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I'm learning how to use J via online reading and doing some old Java assignments over again using this language, and would like to know how to make a verb that doesn't take any operands, or return any result. The reason being: I would like to allow myself the ability to type in a verb, let's call it go that would run a sequence of code on it's own and save whatever data it would produce in its execution, but would display nothing at all. The overall goal of this would be to eventually be able to reproduce my vending machine class and interface which requires at least the void returnChange() method.

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Calling a J verb is always done with at least a right argument. Send anything to a monadic verb that ignores the right argument altogether (say 0 or '').

Functions always return something, but using i.0 or '' minimises the data returned.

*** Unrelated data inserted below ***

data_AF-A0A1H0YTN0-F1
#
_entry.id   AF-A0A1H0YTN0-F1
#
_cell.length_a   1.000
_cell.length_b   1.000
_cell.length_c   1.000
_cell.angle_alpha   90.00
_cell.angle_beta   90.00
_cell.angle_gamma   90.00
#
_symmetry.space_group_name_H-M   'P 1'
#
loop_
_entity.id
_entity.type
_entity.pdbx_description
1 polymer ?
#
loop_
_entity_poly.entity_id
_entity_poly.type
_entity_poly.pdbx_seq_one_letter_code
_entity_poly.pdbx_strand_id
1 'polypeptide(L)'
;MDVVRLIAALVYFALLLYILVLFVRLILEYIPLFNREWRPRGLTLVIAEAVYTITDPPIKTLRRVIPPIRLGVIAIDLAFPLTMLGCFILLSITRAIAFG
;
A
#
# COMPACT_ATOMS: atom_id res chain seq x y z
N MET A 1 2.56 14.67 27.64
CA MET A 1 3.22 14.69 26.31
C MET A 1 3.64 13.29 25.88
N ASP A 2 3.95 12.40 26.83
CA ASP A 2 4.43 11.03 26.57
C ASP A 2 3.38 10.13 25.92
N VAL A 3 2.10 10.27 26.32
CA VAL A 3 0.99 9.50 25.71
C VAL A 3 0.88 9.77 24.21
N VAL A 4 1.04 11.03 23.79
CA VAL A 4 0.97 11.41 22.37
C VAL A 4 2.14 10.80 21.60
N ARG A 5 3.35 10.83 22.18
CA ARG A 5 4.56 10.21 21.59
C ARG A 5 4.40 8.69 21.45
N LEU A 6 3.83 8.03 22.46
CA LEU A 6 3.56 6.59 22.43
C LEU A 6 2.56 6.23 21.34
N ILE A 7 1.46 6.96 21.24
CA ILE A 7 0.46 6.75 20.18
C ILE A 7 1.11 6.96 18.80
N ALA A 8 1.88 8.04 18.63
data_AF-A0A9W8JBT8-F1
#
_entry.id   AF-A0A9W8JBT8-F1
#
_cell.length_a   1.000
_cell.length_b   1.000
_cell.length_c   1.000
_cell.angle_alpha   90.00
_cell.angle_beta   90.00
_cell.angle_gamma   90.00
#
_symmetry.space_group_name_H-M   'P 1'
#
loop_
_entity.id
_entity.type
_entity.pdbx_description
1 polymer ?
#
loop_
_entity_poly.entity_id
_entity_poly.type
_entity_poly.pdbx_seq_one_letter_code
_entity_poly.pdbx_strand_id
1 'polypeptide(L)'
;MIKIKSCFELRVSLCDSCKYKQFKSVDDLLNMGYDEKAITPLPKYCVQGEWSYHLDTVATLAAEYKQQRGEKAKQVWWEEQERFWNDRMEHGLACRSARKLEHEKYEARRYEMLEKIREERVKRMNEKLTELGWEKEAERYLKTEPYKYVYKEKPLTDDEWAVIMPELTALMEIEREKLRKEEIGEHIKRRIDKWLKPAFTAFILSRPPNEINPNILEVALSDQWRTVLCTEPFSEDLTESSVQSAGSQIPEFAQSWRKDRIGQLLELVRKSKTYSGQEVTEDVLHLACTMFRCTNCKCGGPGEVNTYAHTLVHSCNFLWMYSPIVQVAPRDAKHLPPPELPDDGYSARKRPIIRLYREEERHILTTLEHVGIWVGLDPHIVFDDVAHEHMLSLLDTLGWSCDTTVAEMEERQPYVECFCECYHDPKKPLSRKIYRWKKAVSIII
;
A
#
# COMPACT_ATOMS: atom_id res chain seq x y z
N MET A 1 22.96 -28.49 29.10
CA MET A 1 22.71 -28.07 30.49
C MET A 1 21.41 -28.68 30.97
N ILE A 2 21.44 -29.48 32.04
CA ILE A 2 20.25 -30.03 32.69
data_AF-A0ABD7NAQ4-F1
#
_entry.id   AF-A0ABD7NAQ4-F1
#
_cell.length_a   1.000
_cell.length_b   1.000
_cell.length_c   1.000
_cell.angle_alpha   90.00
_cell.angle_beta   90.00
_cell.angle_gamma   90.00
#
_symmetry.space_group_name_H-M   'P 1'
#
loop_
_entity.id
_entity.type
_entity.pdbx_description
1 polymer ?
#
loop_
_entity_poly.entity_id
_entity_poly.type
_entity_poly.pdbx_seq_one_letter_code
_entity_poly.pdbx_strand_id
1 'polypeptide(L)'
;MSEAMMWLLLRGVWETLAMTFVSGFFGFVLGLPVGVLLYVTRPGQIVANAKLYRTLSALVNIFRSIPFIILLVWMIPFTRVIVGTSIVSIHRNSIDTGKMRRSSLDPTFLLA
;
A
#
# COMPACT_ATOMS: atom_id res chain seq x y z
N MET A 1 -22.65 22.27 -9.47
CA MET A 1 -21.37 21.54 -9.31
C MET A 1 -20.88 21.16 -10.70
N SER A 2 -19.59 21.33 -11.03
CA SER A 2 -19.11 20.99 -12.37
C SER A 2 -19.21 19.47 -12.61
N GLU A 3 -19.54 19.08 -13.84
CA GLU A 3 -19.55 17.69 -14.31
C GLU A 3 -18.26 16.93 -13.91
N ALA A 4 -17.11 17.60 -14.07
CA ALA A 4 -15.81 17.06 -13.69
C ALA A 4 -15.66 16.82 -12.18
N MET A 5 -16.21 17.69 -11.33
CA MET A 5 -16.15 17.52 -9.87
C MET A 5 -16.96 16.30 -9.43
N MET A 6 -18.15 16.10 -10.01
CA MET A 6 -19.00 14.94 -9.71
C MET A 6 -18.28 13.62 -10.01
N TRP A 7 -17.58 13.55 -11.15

go =: 3 : 0
    NB. do stuff
    i. 0
)

go ''
  • MPelletier is right -- one of the differences between J and APL is that you can't specify nil-adic operators. The only way to replicate the behavior of a void function is to pass an argument that doesn't return anything interesting, and rely on side-effects to accomplish what you want to get done. – estanford Aug 7 '10 at 10:57
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MPelletier is correct that J verbs always require a right argument to produce a result, and that in executing they necessarily produce a result. The situation is similar for adverbs and conjunctions. Nothing in J is similar to a method that "returns void."

The example provided by MPelletier uses the keyword 'return.' In that context the keyword has no effect. A modified version of that program is offered here:

go =: 3 : 0
  NB. do stuff
  i. 0 0
)

A visible difference between this program and the one posted by MPelletier is that, if executed in the console, it does not produce a blank line before the next prompt. (Any result with zero in position _2 from its shape has this effect.)

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